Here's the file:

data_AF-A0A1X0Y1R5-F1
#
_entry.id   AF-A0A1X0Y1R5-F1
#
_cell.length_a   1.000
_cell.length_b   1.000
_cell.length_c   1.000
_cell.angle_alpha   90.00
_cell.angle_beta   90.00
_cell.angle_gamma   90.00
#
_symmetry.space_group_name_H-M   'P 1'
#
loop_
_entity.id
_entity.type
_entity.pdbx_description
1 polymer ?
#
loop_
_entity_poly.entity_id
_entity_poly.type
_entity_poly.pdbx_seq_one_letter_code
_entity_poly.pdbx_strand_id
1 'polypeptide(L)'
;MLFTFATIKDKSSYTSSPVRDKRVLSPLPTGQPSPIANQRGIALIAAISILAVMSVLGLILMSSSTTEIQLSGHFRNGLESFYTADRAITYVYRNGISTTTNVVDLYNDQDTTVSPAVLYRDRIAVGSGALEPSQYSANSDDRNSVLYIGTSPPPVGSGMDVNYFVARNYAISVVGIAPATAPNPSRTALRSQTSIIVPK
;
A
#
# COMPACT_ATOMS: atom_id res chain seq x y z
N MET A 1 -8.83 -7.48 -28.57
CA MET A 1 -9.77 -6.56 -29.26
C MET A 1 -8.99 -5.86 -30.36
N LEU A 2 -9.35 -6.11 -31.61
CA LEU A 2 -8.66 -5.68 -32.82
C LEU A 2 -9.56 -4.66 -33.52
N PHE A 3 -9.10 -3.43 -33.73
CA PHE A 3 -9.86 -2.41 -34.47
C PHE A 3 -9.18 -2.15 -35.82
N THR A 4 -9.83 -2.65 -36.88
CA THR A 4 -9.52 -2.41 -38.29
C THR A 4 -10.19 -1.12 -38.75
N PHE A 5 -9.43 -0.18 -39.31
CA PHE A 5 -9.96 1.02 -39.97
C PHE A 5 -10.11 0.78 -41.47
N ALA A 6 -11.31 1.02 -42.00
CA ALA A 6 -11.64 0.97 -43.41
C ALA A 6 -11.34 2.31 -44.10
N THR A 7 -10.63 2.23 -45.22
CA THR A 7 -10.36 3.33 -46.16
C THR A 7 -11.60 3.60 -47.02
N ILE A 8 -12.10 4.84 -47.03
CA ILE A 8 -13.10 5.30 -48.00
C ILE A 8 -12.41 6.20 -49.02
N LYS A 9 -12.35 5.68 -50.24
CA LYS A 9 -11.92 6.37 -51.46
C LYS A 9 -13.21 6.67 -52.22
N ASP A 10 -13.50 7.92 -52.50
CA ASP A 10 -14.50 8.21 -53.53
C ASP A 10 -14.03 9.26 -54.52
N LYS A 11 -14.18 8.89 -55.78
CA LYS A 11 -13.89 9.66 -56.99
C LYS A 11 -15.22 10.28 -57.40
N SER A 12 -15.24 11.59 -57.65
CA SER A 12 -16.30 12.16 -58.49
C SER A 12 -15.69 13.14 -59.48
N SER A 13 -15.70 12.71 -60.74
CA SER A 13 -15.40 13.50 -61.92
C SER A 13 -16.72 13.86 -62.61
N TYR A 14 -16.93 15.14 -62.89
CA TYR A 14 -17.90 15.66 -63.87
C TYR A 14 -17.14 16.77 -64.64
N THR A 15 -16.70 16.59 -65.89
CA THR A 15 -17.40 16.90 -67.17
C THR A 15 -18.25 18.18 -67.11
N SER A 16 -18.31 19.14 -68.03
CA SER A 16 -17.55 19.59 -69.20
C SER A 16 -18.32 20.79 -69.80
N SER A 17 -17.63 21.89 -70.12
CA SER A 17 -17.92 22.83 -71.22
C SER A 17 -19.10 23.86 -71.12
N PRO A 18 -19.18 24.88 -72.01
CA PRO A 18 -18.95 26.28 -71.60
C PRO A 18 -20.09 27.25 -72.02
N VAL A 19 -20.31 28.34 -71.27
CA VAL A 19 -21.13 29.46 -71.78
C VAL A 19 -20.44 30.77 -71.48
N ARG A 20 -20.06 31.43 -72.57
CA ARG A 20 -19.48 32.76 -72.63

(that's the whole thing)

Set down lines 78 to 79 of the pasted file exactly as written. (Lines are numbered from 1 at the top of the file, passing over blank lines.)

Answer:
C SER A 16 -18.32 20.79 -69.80
N SER A 17 -17.63 21.89 -70.12